Do you know all the fees associated with small business loans? No worries, not too many people can keep track of them all. It’s a vast and complicated world of jargon and hidden terms. Unfortunately, on top of interest and down payments, there are several other loan fees that could be included in certain small business loan packages, and we’re here to help you break them all down into easily-digestible parts.
Ongoing Administrative Loan Fees
These may be monthly. Ongoing administrative fees are other costs your lender might tack on to your loan for “servicing and maintaining” it. They might be a percentage or flat fee, but can really add up after a while. If you’re working with a reputable lender, you shouldn’t expect to pay these loan fees.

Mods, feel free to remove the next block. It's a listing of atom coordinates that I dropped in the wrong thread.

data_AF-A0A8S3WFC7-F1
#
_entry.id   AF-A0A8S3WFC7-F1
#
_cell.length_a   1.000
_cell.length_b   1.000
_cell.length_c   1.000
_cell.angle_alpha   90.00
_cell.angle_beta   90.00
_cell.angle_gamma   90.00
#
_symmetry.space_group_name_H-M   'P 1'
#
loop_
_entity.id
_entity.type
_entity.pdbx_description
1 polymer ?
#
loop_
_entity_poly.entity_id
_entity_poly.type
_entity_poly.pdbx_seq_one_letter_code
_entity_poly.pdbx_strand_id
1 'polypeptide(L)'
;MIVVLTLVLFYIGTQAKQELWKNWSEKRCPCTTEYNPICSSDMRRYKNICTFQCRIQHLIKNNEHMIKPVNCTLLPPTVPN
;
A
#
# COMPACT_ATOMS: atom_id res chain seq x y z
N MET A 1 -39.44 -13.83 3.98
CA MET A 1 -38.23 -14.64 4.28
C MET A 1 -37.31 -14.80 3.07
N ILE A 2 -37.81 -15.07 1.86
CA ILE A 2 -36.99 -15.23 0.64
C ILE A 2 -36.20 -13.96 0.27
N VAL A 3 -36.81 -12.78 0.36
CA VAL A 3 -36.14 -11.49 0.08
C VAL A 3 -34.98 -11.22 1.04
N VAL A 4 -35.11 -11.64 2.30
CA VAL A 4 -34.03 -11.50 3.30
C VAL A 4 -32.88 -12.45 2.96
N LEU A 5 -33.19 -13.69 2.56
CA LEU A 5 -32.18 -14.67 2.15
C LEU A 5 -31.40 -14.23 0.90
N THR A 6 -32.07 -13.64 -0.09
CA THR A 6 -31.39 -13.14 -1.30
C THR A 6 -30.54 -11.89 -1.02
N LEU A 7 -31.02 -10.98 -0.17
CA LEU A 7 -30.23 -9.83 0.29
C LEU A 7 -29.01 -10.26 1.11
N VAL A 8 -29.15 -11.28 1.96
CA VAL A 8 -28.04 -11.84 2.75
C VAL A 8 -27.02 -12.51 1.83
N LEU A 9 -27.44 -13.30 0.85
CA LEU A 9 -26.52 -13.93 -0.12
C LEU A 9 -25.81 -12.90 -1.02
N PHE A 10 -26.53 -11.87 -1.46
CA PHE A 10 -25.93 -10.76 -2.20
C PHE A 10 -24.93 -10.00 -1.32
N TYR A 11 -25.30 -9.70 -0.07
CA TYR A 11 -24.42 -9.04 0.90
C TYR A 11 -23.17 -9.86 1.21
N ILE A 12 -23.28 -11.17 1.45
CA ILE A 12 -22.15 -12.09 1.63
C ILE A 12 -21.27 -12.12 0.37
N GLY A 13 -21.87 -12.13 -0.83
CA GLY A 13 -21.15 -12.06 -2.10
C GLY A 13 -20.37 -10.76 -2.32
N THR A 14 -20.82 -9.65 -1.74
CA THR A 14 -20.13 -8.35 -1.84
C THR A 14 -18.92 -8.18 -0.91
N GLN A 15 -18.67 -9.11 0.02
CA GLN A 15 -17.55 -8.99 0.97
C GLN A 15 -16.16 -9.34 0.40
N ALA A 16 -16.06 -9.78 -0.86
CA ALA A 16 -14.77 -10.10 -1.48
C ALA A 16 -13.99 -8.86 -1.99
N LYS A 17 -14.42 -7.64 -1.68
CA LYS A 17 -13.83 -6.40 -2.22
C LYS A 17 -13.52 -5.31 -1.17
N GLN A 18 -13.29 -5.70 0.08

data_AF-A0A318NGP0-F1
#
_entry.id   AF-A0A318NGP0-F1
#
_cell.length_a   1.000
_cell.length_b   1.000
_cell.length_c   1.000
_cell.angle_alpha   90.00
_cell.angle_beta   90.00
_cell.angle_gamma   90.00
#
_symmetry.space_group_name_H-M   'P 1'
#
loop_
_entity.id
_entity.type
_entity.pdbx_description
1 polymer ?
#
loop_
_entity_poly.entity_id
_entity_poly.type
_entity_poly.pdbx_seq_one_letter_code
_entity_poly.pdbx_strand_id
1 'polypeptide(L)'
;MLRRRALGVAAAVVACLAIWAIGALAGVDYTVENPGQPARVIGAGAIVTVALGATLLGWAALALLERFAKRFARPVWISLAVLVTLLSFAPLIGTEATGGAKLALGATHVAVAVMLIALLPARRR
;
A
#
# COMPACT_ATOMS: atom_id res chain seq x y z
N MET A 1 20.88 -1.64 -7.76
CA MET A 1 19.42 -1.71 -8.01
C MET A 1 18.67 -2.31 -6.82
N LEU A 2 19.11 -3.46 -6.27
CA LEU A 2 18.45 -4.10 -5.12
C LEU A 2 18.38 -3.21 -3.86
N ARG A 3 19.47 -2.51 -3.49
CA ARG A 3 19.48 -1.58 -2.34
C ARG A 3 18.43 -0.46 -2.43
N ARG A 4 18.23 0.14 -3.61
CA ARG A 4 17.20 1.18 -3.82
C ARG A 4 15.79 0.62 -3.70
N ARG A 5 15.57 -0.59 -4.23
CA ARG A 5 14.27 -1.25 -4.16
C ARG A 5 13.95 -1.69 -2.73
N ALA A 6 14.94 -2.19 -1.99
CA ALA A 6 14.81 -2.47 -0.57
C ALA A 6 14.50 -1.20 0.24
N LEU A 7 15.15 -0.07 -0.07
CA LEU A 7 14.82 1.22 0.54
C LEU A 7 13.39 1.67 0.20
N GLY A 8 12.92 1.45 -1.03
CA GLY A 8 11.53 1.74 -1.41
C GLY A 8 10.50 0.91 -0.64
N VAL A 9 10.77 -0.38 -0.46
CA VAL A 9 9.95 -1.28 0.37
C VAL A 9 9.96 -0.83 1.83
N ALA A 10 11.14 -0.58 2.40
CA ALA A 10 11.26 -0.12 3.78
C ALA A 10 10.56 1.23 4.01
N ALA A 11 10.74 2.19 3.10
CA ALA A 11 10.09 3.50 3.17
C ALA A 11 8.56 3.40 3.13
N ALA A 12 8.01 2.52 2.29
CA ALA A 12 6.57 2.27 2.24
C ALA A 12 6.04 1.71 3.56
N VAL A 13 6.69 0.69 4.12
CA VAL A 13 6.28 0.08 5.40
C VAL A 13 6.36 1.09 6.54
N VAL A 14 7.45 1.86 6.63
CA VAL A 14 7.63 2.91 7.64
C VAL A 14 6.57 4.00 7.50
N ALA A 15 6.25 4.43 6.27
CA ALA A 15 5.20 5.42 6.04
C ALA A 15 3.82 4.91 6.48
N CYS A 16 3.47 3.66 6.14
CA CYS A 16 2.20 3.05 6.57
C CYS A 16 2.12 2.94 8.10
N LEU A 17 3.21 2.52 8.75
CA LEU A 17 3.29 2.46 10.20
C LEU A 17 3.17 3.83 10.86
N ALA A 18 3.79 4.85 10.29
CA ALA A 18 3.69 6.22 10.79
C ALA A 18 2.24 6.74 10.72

An application fee covers the costs of the actual application. Any costs to the lender for processing and accessing your application are passed to you through these loan fees, but this practice is pretty uncommon amongst lenders, so you’ll run into it less often than you will other fees.
Annual fees are often a flat rate added to your loan once a year. These loan fees are supposed to be for the service of maintaining your account, but this is not a common practice. Watch our for them, and chances are you’ll be able to find a lender that doesn’t charge them. If you can’t, though, it’s always a good idea to try and negotiate these loan fees, especially if you’re paying fees for other things.